I have compiled C code running as a binary on an ARM. The ARM boots Linux from an SD Card using an old Image that was generated using buildroot. Within the C code I call a shell script that moves the new Image I want to boot with from a sub-directory on the SD Card onto the top level of the SD Card (overwriting the old Image), and then use the backup Image.bak to restore the Image in the sub-directory again, in case I run the script again:

mv /sd/newImage/Image /sd/
mv /sd/newImage/Image.bak /sd/newImage/Image

The reboot works properly in this case (Putty disconnects -> the LED on the board I'm using goes Red then Green -> I can reconnect through Putty), although the second mv command does not - it removes the Image.bak but does not create an Image - but that is not the purpose of this post, really.

When I try to modify the script so that the Image.bak does actually restore the Image by using the cp command, then the reboot does not work properly.

mv /sd/newImage/Image /sd/
cp /sd/newImage/Image.bak /sd/newImage/Image

What happens is the Putty terminal I was using disconnects, but the LED on the board that goes red when signaling it is rebooting just stays green and the only way to re-establish a connection through Putty is to manually power cycle the board via the power switch. So it seems that there is something weird happening when I call the cp command in the shell script. I have tried unmounting the SD Card thinking that maybe there was syncing issues, but that didn't work either.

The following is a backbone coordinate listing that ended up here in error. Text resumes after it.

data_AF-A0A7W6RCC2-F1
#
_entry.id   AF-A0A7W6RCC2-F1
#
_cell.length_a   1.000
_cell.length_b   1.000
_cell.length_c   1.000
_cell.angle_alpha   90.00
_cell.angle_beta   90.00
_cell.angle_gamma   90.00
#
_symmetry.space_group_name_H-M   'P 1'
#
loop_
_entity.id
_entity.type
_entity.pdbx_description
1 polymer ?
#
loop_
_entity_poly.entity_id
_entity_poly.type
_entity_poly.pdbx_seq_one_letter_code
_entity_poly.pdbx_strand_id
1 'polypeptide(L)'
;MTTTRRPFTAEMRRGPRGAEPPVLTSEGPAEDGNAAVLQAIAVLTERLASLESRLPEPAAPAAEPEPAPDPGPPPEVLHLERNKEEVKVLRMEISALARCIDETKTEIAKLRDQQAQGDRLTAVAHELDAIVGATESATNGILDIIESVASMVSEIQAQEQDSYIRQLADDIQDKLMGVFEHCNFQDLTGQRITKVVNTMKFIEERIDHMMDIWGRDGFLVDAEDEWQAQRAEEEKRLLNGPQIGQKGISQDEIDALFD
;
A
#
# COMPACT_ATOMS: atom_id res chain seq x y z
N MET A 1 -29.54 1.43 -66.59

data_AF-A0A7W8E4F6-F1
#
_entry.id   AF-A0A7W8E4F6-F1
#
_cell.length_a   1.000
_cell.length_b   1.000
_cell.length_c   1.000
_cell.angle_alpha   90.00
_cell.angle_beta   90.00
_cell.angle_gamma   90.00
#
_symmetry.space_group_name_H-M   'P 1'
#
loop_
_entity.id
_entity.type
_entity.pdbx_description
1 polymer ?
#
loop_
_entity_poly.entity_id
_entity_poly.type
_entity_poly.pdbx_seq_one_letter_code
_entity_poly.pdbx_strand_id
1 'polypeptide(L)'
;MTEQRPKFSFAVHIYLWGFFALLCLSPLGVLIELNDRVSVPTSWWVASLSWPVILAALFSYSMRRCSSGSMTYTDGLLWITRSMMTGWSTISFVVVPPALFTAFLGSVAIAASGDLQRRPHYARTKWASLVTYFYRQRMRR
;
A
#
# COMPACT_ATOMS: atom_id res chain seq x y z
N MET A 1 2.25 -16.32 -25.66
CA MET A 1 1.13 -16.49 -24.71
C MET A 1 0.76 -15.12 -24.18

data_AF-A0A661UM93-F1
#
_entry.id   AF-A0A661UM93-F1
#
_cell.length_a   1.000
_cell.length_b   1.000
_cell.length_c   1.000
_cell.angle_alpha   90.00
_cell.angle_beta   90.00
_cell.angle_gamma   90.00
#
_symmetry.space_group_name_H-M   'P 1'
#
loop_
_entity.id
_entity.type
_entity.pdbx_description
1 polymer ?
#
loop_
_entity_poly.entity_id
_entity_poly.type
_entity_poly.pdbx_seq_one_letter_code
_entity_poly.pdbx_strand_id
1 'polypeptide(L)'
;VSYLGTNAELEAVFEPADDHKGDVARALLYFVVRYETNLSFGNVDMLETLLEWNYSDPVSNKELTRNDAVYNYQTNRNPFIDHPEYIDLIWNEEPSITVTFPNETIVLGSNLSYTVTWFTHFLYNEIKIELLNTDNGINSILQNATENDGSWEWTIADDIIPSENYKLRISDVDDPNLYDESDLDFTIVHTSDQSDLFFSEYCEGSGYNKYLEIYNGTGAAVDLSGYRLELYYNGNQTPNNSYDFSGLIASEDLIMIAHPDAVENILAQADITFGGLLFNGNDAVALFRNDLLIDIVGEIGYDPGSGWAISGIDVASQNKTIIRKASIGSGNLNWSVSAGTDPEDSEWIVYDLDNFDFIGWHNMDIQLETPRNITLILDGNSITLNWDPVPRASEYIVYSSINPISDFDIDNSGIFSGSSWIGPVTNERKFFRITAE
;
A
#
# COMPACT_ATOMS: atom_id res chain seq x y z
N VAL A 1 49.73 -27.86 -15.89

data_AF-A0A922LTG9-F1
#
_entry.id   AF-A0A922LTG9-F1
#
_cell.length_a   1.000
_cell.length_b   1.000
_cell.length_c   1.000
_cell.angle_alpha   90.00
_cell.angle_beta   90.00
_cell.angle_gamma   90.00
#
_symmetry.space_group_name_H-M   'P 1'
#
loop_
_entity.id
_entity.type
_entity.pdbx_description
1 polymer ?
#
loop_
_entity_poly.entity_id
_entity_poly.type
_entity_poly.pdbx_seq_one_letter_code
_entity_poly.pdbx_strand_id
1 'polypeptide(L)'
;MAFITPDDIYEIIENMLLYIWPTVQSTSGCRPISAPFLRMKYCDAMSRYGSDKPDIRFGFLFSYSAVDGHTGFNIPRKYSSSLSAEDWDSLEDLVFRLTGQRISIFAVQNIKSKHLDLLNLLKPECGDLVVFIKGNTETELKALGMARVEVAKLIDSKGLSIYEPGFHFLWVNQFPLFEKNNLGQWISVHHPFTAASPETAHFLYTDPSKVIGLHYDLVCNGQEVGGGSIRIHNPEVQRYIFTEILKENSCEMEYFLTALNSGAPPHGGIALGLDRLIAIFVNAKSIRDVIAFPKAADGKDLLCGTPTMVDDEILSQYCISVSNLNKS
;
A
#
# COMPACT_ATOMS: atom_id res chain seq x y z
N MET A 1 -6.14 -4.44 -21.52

I am logged in as root, and the permissions should not be an issue with any of this.

  • 1
    You could try to add sync before the reboot. Maybe the move command hasn't finished yet. – izlin May 8 '18 at 13:30

First, this is actually a systems question, not a programming question, so it should likely be in another stack.

Second, this is quite likely the result of the image actually being a symbolic link to somewhere else in the filesystem. When you use cp, it will replace the content that the link points to. When you use mv, it puts this file into the place of the symbolic link, but leaves the original file unchanged in its actual location.

To verify this, just use ls -l /sd and take note of the file type of Image (the first character in the attributes).

  • Thank you for that. What other stack should I put this in? I am new to stackexchange and asking questions like this online. Also, which column is the attributes? And how would you suggest I change the script to do what I actually want it to do? – sdepot May 8 '18 at 13:53
  • I think it's "server fault" perhaps? – David Hoelzer May 8 '18 at 14:32
  • Oh, sorry.. Missed your other questions. The very first column is the file attributes. If it's the letter l, then it's a soft link. If it's just a dash, then my answer is wrong. :) How to change the script depends on what you find. If it is a link, use mv to move the file to the actual location of the file (where the link goes). – David Hoelzer May 8 '18 at 14:34
  • All of things in column one either start with a 'drwxr...' or a '-rwxr...' The Image has a '-rwxr...' – sdepot May 8 '18 at 17:05
  • Well, perhaps more documentation reading, then. Verify that you need only copy the file to that location to update before booting – David Hoelzer May 8 '18 at 19:07

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